News, Culture and NPR for Central & Northern Michigan
Play Live Radio
Next Up:
0:00 0:00
Available On Air Stations
91.7FM Alpena and WCML-TV Channel 6 Alpena are off the air. Click here to learn more.

State issues emergency order to help curb bird flu outbreak

Dairy cows lined up
Preston Keres
U.S. Department of Agriculture
Dairy cows on Reinford Farms outside of Mifflintown, Pennsylvania on Jan. 24, 2018.

An emergency order has been signed by Michigan's Department of Agriculture and Rural Development in an effort to curb the spread of Highly Pathogenic Avian Influenza, also known as bird flu.

HPAI has been confirmed in 9 states since August and over over 6.6 million birds were affected by the virus in the month April, according to data from the U.S. Department of Agriculture. Since late March, six Michigan dairy herds have had confirmed cases.

The order requires dairy and poultry farmers to implement biosecurity measures to limit the spread of the highly-contagious virus. These measures include tracking all travel through operation property, designating a biosecurity manager and establishing disinfecting procedures at access points for commercial farm operations.

"These measures will help us better protect the our state against the spread of this virus and keep our animals healthy," said Dr. Nora Wineland, the state's veterinarian.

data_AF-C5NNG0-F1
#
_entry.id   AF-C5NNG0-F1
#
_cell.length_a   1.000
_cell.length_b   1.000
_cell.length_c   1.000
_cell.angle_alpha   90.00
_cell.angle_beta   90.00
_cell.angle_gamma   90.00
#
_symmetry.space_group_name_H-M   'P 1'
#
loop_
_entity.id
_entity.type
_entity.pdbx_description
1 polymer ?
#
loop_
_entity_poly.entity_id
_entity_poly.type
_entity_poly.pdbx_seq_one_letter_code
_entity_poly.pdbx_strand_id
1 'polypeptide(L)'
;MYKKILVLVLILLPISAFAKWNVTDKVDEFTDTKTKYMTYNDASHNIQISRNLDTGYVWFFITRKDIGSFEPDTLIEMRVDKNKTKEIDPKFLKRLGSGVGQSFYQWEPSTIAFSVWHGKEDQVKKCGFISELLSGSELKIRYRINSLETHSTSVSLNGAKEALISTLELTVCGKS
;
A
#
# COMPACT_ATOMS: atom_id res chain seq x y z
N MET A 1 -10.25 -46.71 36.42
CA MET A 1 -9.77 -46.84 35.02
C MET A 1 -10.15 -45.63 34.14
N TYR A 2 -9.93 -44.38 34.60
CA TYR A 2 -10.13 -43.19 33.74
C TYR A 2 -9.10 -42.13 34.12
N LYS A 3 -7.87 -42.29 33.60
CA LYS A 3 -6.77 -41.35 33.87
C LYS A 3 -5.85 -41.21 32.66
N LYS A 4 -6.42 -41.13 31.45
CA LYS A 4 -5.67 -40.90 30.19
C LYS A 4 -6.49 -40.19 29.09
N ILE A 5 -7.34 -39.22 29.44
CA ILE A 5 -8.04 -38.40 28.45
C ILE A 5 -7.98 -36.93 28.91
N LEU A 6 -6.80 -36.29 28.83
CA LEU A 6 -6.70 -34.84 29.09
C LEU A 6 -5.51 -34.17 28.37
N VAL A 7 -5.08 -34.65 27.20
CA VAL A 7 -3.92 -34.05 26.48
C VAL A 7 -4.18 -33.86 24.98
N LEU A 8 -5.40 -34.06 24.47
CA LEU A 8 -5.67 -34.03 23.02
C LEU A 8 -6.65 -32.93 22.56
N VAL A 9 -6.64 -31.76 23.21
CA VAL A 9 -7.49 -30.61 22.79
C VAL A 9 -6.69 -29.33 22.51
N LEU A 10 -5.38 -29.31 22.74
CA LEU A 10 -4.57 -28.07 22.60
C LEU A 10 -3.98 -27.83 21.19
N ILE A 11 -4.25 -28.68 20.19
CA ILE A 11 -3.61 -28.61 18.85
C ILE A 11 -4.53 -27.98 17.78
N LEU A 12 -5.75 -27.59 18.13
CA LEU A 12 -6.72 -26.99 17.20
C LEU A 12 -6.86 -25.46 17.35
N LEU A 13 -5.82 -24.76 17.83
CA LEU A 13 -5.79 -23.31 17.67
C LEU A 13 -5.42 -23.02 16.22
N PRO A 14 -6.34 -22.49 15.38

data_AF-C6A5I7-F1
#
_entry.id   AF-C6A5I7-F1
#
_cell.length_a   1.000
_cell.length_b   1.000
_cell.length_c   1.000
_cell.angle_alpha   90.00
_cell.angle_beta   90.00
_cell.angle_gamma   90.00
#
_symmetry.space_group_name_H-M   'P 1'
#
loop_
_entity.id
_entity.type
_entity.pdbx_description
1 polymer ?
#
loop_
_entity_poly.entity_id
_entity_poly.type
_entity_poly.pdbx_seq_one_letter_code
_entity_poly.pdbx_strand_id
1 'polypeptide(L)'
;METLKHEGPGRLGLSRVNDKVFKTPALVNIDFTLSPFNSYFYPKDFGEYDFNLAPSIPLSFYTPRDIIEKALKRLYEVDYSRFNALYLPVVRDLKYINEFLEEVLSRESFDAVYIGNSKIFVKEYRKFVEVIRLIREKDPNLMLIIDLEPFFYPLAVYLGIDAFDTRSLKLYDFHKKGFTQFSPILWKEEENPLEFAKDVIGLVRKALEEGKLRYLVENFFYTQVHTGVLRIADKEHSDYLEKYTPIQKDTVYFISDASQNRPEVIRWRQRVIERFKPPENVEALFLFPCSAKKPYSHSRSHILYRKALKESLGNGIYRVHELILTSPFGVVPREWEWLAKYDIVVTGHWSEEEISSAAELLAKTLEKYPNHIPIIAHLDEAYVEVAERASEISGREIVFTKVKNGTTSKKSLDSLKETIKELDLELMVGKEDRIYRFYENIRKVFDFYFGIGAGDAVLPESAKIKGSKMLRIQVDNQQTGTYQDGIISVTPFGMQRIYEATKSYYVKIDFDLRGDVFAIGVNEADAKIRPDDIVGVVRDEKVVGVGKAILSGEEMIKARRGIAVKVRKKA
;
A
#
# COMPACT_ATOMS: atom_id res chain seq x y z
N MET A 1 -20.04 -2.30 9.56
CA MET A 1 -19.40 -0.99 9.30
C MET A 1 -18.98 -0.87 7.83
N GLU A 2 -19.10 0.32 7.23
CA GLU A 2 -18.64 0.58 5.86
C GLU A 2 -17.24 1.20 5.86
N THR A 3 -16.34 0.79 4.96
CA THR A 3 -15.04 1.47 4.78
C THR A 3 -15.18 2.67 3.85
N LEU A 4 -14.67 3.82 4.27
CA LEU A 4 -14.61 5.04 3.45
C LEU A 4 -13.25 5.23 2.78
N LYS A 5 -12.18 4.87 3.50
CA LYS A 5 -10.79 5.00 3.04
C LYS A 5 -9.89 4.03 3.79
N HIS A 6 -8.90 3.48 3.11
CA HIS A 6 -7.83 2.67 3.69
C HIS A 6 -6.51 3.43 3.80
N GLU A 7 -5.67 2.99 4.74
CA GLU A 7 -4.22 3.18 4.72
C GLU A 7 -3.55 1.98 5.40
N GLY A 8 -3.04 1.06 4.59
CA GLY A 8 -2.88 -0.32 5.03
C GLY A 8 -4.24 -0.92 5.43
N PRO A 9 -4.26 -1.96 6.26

The order also puts a hold on the exhibition of lactating and infected cattle, as well as all poultry. Bird cannot be shown until no new cases of bird flu have been reported for 30 days, and 60 days for cattle.

At a recent press conference, state officials reassured that the public health risk is remains low. They also confirmed that there have been no human cases in the state, with the only confirmed one in the country being a man in Texas.

"Out of an abundance of caution, we recommend the following good health practices to minimize risk of exposure," said Michigan's Chief Medical Executive Dr. Natasha Bagdasarian. "Please make sure the milk you drink is pasteurized [and] continue to practice hand washing, especially after coming into contact with wild or domestic animals."

Brianna Edgar is a newsroom intern covering the Tri-Cities for WCMU.